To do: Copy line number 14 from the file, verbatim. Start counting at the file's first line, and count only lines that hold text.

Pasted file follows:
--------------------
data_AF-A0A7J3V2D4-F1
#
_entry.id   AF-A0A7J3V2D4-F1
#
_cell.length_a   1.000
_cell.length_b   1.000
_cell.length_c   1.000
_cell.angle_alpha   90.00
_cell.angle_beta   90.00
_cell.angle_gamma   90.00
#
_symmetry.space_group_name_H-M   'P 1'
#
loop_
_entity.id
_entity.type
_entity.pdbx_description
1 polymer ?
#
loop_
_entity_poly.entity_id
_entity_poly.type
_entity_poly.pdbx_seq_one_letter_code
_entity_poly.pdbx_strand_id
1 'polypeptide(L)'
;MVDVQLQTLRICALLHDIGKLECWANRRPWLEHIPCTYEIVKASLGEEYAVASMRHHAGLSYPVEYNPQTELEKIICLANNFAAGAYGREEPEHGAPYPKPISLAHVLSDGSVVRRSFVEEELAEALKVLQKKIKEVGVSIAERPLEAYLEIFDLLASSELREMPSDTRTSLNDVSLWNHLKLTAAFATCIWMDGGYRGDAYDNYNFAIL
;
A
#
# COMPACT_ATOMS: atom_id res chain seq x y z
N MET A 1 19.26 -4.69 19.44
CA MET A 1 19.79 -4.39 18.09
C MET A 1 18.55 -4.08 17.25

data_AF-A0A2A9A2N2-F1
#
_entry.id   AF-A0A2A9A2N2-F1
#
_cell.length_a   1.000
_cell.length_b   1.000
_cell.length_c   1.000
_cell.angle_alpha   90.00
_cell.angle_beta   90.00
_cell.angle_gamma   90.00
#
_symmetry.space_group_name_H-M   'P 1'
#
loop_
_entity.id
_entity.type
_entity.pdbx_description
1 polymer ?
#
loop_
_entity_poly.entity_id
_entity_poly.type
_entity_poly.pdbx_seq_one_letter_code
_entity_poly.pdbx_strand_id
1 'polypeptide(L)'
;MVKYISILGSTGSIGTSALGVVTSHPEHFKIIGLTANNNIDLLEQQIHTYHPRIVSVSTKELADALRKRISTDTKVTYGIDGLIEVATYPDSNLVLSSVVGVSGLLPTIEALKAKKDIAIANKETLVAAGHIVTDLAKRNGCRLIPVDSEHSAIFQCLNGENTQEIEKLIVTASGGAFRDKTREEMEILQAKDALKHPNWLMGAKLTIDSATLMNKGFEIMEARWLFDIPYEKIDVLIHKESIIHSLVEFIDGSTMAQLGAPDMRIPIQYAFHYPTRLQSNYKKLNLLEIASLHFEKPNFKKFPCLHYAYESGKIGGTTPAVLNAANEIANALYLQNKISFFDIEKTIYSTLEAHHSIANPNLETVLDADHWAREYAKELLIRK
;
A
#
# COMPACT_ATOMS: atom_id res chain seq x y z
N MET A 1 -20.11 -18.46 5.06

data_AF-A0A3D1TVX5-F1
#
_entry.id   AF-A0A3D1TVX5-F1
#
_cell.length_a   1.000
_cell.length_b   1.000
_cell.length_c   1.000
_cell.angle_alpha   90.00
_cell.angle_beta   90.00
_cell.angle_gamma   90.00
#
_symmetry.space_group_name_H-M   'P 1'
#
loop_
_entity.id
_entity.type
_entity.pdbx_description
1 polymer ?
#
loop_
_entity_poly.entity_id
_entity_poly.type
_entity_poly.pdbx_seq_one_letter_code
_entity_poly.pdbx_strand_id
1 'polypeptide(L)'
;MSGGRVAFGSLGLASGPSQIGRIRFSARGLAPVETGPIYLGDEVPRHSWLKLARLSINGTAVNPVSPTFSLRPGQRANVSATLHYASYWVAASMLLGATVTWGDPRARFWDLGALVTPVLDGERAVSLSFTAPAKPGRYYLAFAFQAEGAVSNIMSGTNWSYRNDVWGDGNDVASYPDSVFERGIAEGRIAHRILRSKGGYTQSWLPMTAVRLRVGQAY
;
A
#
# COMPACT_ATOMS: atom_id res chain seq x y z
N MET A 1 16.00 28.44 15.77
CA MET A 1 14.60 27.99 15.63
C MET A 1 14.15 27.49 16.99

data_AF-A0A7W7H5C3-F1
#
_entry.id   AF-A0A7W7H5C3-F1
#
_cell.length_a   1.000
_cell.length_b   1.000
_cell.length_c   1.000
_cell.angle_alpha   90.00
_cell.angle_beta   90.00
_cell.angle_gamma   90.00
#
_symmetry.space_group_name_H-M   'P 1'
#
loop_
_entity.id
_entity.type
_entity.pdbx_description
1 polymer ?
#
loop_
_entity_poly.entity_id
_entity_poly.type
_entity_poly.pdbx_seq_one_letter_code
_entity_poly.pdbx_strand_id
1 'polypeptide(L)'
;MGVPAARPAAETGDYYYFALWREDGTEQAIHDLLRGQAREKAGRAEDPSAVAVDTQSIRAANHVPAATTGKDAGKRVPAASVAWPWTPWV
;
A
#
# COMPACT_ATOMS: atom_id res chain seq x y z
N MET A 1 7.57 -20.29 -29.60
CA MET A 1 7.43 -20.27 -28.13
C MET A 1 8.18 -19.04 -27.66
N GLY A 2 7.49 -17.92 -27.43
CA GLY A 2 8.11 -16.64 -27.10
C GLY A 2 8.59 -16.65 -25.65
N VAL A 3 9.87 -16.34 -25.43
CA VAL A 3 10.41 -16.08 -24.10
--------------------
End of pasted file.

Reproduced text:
loop_